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Ischemia

Index Ischemia

Ischemia or ischaemia is a restriction in blood supply to tissues, causing a shortage of oxygen that is needed for cellular metabolism (to keep tissue alive). [1]

133 relations: Acute (medicine), Alcohol (drug), Amniotic fluid embolism, Amputation, Anemia, Aneurysm, Angina, Angiography, Anticoagulant, Aorta, Apoptosis, Arteriotomy, Arteriovenous malformation, Artery, Atherosclerosis, Atrial fibrillation, Autolysis (biology), Biochimica et Biophysica Acta, Bleeding, Blood, Blood vessel, Brachial plexus, Brain, Brain ischemia, Cardiac muscle, Cardiomyopathy, Carotid artery, Catheter, Cell membrane, Chronic condition, Circulatory system, Cold compression therapy, Compression (physics), Coronary arteries, Coronary artery disease, Cyanosis, Dementia, Depressant, Dissection (medical), Embolectomy, Embolism, Embolization, Embolus, Enzyme, Femoral artery, Foot drop, Frostbite, G-force, Gangrene, Glutamate receptor, ..., Greek language, Heart, Heart arrhythmia, Heparin, Hypoglycemia, Hypotension, Hypoxia (medical), Iatrogenesis, Infarction, Inflammation, Infusion, Inhibitor protein, Injury, Ischemia, Ischemia-reperfusion injury of the appendicular musculoskeletal system, Ischemic cascade, Ischemic colitis, Kidney, Large intestine, Lumen (anatomy), Macrophage, Mesenteric ischemia, Metabolic waste, Metabolism, Mitochondrion, Mitral insufficiency, Mottle, Myocardial infarction, Necrosis, Neoplasm, Nerve, Nerve injury, Nonprofit organization, Nutrient, Opioid, Organ (anatomy), Oxford English Dictionary, Oxygen, Pain, Pallor, Paralysis, Paresthesia, Perfusion, Peripheral artery disease, Peripheral neuropathy, Poikilotherm, Prosthesis, Proteolysis, Pulmonary embolism, Pulse, Radiation therapy, Radical (chemistry), Reactive oxygen species, Red blood cell, Renal ischemia, Reperfusion injury, Revascularization, Septic shock, Shearing (physics), Sickle cell disease, Streptokinase, Stroke, Superior mesenteric artery syndrome, Tachycardia, Thoracic outlet syndrome, Thrombolysis, Thrombosis, Thrombus, Tissue (biology), Tissue plasminogen activator, Tourniquet, Transient ischemic attack, Trauma triad of death, Unconsciousness, Urokinase, Vascular dementia, Vascular disease, Vascular occlusion, Vascular surgery, Vasoconstriction, Vein, Venous thrombosis, Wound. Expand index (83 more) »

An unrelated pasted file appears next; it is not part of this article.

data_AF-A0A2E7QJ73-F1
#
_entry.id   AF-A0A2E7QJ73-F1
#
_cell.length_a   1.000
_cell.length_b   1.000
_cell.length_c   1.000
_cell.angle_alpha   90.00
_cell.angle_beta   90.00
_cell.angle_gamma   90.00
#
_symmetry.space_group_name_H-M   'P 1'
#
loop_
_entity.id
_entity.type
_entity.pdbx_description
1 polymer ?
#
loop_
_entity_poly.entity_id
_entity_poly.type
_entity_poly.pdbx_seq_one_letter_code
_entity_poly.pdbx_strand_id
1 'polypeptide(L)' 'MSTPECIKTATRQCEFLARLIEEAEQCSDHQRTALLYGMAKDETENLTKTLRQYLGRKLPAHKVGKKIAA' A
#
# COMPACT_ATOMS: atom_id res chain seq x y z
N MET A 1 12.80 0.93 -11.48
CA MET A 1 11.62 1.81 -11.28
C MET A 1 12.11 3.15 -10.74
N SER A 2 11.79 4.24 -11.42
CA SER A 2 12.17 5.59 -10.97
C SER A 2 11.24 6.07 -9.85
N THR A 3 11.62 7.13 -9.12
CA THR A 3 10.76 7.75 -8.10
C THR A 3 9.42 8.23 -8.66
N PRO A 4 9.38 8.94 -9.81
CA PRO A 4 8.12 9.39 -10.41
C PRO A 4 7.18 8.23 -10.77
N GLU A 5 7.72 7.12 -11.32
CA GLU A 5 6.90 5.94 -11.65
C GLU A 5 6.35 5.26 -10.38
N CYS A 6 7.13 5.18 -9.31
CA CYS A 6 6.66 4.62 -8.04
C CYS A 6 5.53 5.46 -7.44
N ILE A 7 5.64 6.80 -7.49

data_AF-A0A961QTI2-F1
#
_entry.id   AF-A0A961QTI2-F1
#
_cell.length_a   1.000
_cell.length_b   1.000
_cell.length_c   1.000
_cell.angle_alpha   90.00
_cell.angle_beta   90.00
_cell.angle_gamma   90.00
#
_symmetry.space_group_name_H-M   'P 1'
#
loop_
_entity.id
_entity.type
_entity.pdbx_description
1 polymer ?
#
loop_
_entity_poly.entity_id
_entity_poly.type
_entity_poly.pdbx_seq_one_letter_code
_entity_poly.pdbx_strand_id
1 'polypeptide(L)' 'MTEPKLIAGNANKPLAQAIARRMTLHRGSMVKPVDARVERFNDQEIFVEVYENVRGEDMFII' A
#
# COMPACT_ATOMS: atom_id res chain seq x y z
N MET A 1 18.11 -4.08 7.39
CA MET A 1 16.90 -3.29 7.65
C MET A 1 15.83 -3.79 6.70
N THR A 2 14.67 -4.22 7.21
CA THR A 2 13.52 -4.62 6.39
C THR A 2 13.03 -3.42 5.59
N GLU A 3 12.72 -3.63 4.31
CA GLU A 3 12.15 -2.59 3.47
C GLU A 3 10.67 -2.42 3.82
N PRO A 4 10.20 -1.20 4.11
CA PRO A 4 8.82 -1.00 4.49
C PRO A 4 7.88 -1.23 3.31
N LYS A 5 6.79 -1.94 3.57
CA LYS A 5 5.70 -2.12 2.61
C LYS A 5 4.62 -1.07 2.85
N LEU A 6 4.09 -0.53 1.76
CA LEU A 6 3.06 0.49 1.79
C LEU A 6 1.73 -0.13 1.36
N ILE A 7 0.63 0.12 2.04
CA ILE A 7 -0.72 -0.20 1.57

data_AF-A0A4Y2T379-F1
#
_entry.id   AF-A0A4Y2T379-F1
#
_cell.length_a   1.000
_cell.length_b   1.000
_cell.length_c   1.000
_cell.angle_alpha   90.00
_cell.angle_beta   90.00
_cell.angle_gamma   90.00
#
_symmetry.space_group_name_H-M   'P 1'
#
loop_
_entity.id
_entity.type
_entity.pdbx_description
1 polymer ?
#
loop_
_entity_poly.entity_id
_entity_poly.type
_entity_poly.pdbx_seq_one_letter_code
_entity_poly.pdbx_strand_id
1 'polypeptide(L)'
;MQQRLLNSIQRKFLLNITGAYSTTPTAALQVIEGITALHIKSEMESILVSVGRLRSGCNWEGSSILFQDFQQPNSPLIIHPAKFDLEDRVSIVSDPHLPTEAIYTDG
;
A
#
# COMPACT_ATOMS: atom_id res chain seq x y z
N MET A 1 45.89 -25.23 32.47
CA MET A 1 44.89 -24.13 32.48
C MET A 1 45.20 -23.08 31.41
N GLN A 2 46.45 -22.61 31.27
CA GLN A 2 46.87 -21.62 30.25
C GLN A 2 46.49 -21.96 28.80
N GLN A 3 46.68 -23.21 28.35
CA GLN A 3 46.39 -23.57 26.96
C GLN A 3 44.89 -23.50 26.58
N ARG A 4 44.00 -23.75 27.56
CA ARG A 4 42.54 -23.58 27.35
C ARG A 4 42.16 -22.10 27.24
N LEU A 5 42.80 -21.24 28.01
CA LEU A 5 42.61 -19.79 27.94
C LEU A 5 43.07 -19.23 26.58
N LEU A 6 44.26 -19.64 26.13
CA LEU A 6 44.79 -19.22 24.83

Acute (medicine)

In medicine, describing a disease as acute denotes that it is of short duration and, as a corollary of that, of recent onset.

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Alcohol (drug)

Alcohol, also known by its chemical name ethanol, is a psychoactive substance or drug that is the active ingredient in alcoholic beverages such as beer, wine, and distilled spirits (hard liquor).

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Amniotic fluid embolism

An amniotic fluid embolism (AFE) is a rare childbirth (obstetric) emergency in which amniotic fluid, enters the blood stream of the mother to trigger a serious reaction.

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Amputation

Amputation is the removal of a limb by trauma, medical illness, or surgery.

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Anemia

Anemia is a decrease in the total amount of red blood cells (RBCs) or hemoglobin in the blood, or a lowered ability of the blood to carry oxygen.

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Aneurysm

An aneurysm is a localized, abnormal, weak spot on a blood vessel wall that causes an outward bulging, likened to a bubble or balloon.

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Angina

Angina, also known as angina pectoris, is chest pain or pressure, usually due to not enough blood flow to the heart muscle.

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Angiography